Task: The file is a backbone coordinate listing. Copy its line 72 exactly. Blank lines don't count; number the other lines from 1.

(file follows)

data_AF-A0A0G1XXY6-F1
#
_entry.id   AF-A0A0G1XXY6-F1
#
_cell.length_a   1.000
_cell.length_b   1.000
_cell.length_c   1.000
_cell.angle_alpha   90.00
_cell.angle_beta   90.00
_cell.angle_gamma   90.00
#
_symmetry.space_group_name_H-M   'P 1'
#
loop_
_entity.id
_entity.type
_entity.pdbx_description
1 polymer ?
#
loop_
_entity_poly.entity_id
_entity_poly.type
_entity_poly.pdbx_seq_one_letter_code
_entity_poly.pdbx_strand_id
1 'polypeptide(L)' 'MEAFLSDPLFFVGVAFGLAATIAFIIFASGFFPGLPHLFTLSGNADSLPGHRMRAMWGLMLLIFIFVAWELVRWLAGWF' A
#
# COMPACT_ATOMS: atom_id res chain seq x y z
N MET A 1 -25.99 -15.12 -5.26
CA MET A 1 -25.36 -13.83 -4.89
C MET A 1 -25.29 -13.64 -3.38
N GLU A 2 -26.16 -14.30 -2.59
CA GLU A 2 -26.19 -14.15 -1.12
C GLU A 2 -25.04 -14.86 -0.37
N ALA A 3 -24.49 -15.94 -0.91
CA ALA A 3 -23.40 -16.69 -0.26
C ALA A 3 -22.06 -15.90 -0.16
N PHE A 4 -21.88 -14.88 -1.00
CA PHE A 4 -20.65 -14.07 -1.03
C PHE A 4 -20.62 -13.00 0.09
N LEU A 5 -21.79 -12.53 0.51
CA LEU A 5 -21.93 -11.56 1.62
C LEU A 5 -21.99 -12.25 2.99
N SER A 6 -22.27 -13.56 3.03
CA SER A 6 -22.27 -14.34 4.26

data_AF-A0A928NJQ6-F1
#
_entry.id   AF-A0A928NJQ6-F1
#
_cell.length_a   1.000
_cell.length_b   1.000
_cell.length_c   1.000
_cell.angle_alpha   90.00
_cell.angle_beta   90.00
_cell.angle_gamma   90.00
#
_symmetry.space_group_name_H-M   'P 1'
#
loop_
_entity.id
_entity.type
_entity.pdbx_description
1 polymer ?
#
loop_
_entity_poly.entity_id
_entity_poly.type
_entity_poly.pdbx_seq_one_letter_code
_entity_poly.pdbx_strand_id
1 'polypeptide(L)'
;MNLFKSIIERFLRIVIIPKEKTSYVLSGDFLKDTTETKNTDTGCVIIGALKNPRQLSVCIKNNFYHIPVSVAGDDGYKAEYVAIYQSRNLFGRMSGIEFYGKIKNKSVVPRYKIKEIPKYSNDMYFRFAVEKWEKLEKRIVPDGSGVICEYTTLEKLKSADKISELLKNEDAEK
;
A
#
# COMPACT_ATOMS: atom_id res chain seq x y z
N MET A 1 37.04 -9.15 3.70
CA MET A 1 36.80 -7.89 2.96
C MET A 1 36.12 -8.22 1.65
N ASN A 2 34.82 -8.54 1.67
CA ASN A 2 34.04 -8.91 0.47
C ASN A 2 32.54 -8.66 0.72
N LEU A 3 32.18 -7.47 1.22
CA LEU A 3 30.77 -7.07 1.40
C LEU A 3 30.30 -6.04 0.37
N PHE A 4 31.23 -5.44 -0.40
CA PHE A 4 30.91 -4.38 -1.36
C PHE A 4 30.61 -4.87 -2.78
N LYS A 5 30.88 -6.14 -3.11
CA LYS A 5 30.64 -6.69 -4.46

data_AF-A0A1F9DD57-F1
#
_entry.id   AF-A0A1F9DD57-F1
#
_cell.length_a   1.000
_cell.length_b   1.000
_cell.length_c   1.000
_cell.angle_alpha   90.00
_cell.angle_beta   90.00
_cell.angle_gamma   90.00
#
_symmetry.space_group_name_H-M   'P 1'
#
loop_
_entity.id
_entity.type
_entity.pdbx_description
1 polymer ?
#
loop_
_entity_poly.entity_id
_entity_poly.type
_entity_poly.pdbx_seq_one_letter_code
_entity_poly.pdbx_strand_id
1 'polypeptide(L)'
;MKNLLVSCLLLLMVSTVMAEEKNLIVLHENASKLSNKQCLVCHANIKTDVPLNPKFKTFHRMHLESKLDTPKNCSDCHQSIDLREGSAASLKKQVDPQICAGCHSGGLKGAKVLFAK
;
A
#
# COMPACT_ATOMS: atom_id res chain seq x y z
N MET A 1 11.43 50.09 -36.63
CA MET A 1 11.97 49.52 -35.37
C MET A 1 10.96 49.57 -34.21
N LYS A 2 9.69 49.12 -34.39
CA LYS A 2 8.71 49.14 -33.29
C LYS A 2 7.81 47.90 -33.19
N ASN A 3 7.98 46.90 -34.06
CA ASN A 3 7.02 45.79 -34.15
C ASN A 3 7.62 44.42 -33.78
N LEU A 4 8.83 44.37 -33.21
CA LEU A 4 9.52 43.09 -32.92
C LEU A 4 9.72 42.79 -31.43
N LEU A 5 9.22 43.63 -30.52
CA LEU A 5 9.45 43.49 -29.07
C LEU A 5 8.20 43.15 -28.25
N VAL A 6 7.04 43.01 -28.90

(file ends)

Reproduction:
A